Last week, a Hong Kong-based group of volunteers from Animals Asia made a trip into China to attempt to rescue 10 bears from a bile farm in Weihai in Shandong Province (Northwest China). The practice of bile-farming is thankfully losing popularity in China and 20 provinces are now bear farm free, but this incredibly cruel method of keeping bears incarcerated in tiny wire cages not big enough to stand in, with rusting metal catheters in their abdomens through which bile is extracted for use in traditional medicines, still exists in many areas.
With support from the Chinese government and local officials, Animals Asia is helping to stamp out remaining bear farms, and attempting to rehabilitate the moon bears (known as such for the splash of yellow on their stomach) who have suffered incredible physical torture and who are often deeply psychologically affected by their experiences. Animals Asia have thus far helped close down 42 bear farms, and rescued a total of 276 bears.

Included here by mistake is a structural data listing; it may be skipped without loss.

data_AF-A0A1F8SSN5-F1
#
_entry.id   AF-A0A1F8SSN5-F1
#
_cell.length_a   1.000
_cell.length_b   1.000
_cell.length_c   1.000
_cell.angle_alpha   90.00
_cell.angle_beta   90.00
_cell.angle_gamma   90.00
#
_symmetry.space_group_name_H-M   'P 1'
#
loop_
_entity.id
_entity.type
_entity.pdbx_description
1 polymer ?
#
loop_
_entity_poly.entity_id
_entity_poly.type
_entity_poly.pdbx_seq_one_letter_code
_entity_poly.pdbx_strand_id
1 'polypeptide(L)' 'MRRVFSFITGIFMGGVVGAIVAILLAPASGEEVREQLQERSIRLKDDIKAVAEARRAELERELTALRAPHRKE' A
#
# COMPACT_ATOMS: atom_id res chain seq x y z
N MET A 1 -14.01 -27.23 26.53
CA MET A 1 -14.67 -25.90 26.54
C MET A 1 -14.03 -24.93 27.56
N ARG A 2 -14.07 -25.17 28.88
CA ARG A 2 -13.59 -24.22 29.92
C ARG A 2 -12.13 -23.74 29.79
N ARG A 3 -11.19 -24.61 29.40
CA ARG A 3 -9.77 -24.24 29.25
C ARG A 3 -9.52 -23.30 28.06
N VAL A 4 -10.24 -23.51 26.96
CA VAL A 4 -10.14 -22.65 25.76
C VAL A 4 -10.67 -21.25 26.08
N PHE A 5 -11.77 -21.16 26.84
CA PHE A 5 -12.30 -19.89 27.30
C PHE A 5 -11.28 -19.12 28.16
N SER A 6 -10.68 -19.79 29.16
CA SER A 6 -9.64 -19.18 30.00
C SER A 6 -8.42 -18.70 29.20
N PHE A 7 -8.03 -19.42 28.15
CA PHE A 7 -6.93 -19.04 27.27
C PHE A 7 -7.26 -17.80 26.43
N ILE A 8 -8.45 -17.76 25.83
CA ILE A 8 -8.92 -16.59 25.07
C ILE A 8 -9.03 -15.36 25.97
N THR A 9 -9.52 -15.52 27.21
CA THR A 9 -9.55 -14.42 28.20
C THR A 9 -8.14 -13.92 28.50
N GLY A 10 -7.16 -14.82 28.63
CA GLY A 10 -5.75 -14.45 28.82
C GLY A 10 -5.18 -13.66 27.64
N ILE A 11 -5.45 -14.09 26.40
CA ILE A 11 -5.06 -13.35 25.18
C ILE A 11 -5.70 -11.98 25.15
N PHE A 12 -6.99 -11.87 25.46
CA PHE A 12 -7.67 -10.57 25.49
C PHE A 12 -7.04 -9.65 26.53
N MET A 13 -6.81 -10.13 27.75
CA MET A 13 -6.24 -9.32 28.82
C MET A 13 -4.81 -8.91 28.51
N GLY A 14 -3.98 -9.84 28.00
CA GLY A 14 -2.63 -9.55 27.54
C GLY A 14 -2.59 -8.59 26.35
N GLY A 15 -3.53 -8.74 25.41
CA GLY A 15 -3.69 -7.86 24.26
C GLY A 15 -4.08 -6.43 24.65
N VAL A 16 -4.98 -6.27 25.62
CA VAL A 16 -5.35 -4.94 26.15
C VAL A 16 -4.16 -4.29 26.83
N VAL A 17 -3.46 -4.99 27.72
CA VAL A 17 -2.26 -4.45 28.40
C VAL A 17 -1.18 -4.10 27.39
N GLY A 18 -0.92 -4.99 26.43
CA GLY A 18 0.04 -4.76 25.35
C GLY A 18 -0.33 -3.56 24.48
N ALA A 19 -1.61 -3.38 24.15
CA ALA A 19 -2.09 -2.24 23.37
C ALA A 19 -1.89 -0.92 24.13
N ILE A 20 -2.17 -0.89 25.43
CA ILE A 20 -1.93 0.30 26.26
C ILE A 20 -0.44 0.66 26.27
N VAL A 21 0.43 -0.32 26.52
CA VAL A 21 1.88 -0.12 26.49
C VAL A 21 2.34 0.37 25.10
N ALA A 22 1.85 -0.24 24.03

On the latest rescue mission, the Animals Asia team arrived to find a shabby and dilapidated building filled with rusting bear cages, many of which stood empty as a reminder that many more bears had previously been housed there. Entering the freezing room the bears were kept in, the veterinarians found that the bile farmers had very recently removed the spiked metal jackets that the bears are forced to wear to limit their movements, and roughly ripped out the catheters from the bears just before the vets arrived, so on-the-spot surgery was necessary on some of the bears to repair wounds. Of course, the difficulties and dangers that come with rescuing such huge and potentially dangerous animals (who have learned that anything connected with humans is going to be bad and painful) are enormous – all the bears had to be carefully tranquilized and anesthetized one by one as well as being fed a nutritious meal. Once all the bears were lifted into the trucks, the Animals Asia team set off on the three day journey to Sichuan Province to the Moon Bear Rescue Centre. Along the way, one of the most severely injured bears, Oliver, started showing signs of being in great distress and needed an emergency operation in a local hospital to remove his gall bladder.
If you would like to contribute to the Animal Asia’s Moon Bear Rescue Campaign by sponsoring a rescued bear for HK$352 per month or making a donation, details can be found here. You can also follow the work that Animals Asia do by becoming a fan of their Facebook page.
All photos © Animals Asia/Ali Bullock.